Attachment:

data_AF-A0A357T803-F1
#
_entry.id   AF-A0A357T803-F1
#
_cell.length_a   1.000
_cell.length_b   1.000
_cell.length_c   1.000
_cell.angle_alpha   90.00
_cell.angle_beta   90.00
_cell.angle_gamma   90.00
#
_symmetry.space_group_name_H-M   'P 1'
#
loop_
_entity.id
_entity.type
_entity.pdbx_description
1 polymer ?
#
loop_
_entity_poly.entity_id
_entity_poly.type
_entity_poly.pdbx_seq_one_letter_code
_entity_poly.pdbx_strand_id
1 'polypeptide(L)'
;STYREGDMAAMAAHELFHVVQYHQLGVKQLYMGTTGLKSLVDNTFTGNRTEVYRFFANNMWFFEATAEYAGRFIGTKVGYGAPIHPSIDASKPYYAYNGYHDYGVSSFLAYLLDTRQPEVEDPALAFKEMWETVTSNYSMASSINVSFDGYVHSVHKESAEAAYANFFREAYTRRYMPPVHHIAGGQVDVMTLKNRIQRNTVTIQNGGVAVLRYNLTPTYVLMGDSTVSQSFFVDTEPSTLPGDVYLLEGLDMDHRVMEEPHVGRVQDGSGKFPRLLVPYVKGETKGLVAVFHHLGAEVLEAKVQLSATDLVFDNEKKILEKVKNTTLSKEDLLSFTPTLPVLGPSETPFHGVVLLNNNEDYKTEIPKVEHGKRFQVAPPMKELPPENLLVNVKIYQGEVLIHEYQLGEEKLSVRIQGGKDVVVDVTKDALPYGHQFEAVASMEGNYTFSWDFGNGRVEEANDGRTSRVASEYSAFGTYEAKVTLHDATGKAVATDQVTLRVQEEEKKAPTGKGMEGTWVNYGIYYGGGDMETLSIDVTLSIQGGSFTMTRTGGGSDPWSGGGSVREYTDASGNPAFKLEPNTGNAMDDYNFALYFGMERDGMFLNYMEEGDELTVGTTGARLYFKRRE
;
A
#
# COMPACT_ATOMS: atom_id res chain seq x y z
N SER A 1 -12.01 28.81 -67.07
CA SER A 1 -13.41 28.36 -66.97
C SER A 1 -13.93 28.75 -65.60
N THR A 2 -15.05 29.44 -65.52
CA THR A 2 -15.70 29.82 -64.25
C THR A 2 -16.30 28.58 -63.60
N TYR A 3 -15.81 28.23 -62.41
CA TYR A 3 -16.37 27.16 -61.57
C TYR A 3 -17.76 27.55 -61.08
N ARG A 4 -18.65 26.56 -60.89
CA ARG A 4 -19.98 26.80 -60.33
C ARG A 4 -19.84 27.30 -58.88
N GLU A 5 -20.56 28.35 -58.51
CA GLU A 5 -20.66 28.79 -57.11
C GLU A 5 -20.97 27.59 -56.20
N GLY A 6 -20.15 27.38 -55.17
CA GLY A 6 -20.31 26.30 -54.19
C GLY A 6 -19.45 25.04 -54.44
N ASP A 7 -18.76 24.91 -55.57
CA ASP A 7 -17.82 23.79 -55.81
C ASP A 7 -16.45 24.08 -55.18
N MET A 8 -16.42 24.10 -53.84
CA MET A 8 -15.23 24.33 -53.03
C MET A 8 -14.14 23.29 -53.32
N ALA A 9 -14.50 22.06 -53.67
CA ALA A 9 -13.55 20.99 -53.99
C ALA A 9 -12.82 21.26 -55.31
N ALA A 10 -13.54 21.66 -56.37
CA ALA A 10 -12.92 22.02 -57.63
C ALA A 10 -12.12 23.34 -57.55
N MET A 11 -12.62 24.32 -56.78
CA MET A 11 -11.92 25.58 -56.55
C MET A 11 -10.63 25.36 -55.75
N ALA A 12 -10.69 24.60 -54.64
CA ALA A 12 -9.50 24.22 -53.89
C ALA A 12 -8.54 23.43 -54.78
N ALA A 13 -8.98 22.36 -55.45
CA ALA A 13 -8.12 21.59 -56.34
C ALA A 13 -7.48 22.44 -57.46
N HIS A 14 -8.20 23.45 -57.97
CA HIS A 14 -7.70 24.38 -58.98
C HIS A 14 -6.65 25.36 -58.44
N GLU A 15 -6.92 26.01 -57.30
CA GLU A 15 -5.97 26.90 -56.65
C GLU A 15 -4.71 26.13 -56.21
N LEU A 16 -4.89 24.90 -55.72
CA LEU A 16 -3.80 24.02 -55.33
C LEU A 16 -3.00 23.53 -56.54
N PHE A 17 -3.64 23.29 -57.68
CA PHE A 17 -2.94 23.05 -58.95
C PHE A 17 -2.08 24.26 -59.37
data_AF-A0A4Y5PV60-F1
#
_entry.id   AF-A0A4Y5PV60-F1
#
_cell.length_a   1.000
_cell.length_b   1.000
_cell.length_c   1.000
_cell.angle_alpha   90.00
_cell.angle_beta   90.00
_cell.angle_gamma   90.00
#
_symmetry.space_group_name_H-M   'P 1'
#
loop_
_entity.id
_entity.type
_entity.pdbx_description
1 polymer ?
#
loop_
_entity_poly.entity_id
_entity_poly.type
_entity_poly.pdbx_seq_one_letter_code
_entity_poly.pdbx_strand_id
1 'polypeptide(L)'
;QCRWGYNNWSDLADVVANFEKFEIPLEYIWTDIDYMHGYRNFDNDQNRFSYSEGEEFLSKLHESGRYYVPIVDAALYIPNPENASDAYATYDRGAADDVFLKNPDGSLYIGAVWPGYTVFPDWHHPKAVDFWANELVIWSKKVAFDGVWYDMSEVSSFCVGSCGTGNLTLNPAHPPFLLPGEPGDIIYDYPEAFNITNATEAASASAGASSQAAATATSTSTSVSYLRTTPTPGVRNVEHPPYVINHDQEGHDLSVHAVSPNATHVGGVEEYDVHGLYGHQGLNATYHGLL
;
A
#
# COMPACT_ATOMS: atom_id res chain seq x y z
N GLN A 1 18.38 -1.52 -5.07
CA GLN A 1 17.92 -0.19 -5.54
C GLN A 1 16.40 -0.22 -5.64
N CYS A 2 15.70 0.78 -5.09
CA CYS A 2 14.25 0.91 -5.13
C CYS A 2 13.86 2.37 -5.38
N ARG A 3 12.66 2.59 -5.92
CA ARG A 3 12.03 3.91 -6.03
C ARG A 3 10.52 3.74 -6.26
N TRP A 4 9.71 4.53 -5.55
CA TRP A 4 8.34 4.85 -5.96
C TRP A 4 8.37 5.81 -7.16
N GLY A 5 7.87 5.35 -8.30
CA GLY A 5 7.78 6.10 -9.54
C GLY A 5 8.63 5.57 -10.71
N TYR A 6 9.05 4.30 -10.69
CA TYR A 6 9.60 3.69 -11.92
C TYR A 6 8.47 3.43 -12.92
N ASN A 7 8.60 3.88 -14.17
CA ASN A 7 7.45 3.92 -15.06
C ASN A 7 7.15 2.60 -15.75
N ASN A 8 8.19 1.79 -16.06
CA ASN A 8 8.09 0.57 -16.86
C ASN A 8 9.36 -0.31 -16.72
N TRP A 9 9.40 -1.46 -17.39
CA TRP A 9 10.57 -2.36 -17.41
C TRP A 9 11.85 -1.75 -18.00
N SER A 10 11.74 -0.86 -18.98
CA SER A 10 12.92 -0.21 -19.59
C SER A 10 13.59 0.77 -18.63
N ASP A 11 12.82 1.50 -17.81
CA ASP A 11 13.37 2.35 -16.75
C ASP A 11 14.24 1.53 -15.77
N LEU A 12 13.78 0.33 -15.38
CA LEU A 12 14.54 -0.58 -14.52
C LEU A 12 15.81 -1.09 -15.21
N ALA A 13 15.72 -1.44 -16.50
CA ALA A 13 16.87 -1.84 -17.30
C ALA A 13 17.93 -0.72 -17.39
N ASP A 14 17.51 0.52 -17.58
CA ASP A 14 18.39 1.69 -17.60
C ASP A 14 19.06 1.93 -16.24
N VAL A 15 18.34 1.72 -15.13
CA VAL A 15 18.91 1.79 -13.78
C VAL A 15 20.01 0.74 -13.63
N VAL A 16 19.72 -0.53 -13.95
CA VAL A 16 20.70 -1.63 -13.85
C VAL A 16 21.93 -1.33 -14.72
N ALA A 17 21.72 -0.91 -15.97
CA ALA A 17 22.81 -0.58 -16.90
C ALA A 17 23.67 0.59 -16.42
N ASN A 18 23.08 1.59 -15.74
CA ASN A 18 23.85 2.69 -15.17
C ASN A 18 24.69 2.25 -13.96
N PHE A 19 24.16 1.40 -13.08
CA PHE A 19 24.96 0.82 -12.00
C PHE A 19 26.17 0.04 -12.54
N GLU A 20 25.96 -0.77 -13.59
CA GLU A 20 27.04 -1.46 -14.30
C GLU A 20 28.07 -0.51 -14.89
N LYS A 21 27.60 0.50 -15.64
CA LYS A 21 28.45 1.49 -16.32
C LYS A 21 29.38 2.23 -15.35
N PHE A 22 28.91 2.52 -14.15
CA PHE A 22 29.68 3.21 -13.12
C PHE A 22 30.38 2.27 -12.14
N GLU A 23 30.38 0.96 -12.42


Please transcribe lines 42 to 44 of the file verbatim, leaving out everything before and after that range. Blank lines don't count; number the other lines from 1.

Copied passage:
C ARG A 4 -19.84 27.30 -58.88
N GLU A 5 -20.56 28.35 -58.51
CA GLU A 5 -20.66 28.79 -57.11